As for the moral hazard question, I suppose it depends on what those stockholders think about what Ferrell is doing and its relative value. If he keeps making films that lose money because of their political content, then one assumes studios and the folk who ultimately own them will stop hiring him. If they do not do so in spite of this, perhaps they like his politics and are willing to sacrifice some profit to support him. Or perhaps they know that leftist politics make a film more likely to gain critical acclaim and want to share in this in spite of its financial costs. This is a regular part of all sorts of purchasing decisions people make, be it buying crappy American cars for certain political reasons or buying over-priced food at Whole Foods for other ones.

      Though I didn’t see it, doesn’t Avatar have a pretty explicitly leftist message?

      And if Hollywood were strictly profit-oriented wouldn’t they just do porn? O.K, maybe Christian porn.

    23. Kyle Says:
      August 5th, 2010 at 5:54 pm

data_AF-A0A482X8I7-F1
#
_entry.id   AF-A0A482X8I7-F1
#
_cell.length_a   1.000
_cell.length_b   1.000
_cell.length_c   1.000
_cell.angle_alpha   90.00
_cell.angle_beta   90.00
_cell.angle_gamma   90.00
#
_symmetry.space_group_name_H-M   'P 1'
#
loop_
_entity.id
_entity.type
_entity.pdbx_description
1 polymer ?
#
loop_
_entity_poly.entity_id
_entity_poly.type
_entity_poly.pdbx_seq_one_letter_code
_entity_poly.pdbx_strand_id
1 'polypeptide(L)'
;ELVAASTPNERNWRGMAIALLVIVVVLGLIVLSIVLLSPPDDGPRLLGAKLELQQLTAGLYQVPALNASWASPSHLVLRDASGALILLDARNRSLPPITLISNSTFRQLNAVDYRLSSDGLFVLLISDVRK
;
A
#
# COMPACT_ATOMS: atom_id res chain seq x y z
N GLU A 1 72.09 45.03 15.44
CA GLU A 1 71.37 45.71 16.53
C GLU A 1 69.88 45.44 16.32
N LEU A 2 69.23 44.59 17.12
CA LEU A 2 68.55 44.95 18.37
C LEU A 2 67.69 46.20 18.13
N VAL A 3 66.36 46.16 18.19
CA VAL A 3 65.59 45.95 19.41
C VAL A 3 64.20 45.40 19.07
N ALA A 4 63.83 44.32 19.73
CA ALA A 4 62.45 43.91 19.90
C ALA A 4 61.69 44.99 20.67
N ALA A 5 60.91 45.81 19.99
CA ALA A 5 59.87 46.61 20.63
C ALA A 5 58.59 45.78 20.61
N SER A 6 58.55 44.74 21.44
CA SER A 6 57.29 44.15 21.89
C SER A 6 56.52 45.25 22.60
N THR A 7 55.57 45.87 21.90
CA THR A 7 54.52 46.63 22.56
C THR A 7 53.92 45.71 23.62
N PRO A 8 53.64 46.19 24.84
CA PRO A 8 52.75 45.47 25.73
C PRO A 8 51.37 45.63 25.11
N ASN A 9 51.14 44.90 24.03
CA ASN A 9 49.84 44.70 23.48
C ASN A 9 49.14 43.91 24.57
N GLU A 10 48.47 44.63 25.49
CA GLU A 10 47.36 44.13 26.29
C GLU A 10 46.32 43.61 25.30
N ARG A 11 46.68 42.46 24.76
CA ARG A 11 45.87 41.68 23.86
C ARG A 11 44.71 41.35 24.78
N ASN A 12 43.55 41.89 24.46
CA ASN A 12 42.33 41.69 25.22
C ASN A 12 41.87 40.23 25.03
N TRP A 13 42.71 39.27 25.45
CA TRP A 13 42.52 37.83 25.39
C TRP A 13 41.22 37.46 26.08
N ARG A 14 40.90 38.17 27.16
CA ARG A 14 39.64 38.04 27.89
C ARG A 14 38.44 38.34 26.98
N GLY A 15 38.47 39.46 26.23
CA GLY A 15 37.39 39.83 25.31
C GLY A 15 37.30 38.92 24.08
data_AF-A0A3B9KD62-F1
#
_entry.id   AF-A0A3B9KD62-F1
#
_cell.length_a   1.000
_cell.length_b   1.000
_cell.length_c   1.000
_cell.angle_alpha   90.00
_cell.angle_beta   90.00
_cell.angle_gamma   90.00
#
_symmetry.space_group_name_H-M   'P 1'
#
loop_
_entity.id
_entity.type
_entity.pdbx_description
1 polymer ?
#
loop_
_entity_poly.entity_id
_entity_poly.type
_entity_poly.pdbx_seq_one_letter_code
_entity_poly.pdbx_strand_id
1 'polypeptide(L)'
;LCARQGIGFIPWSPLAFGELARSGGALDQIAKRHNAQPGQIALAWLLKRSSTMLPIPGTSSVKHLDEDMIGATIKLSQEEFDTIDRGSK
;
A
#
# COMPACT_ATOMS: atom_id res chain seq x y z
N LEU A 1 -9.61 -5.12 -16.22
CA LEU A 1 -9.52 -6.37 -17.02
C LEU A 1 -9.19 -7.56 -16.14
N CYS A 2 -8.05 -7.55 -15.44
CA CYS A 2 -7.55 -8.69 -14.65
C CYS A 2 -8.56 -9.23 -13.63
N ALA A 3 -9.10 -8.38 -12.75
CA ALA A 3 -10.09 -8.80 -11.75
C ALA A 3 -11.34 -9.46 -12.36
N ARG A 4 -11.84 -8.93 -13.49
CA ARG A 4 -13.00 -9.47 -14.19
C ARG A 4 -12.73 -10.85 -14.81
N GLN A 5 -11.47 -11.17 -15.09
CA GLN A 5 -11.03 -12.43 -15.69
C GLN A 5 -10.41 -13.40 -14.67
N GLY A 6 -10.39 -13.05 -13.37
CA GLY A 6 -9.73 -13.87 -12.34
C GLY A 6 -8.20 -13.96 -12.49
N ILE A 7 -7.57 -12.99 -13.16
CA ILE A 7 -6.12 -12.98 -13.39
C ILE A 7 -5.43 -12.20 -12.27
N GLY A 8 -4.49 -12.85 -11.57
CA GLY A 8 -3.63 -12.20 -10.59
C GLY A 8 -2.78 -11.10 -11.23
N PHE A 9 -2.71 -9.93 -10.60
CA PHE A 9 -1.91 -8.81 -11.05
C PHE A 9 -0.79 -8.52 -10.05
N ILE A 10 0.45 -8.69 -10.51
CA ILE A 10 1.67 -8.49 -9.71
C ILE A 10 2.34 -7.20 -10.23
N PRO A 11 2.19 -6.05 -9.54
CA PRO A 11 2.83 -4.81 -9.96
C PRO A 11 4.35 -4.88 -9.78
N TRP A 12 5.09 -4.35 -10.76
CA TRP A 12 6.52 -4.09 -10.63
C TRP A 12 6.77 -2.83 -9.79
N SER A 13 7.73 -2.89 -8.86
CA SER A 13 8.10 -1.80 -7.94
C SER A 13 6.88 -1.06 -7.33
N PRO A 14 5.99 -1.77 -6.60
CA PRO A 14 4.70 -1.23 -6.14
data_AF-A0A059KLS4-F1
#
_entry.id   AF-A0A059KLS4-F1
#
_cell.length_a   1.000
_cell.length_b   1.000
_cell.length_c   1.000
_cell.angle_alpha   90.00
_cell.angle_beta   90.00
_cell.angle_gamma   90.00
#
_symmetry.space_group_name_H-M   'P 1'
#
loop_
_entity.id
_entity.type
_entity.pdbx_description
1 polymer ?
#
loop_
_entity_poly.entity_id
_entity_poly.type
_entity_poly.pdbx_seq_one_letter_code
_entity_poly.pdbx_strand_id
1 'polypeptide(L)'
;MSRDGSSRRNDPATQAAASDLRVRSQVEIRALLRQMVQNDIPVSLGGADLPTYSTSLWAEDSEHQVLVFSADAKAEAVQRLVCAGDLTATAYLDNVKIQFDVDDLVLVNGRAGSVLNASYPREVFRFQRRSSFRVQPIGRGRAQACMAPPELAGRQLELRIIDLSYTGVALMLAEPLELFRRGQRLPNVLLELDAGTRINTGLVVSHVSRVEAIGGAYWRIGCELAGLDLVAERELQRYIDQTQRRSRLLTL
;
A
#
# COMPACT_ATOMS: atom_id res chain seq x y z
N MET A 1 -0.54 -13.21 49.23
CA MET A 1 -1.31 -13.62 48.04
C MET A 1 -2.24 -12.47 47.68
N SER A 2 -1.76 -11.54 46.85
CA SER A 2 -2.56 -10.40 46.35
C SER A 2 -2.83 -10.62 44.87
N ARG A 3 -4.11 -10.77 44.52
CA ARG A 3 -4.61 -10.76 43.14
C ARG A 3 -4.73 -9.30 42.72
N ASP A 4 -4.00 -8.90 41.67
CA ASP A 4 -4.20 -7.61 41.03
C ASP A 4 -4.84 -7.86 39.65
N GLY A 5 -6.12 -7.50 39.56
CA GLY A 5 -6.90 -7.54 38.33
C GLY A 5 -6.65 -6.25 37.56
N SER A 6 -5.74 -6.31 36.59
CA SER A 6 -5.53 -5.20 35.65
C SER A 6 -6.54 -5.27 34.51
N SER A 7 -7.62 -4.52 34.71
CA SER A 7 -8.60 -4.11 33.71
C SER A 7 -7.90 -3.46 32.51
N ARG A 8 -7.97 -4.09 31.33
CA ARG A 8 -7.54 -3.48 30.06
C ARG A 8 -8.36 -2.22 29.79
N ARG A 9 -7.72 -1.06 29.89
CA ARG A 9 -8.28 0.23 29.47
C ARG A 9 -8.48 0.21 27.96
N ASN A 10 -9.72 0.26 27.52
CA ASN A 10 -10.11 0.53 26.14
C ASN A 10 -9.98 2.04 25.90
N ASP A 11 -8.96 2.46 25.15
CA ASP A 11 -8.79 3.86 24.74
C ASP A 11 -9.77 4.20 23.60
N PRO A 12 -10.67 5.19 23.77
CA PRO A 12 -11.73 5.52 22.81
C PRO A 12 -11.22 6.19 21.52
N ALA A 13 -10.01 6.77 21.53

Sort of…but Hollywood is a bit like Wall Street in that the immediate pay decisions are made by cronies of the talent rather than by the shareholders via the boards, because the execs handpick the boards. In both cases, the salary decisions are pretty hard to justify.

      As for product placement, with the exception of the product placement of China paid for by China in “The Karate Kid,” I am not privy to the numbers but I suspect they don’t wind up being big ones. More like a few bucks here and there. I was surprised to read that book about the making of “Natural Born Killers” (written by that chick who is now a blogger for Firedoglake) in which one of the producers said to Oliver Stone, I have this great connection with this boot company. Free boots for everyone on the set if we just use their product in the movie! And Stone replied, “Cool! Let’s do that!”

    24. KS Says:
      August 5th, 2010 at 6:25 pm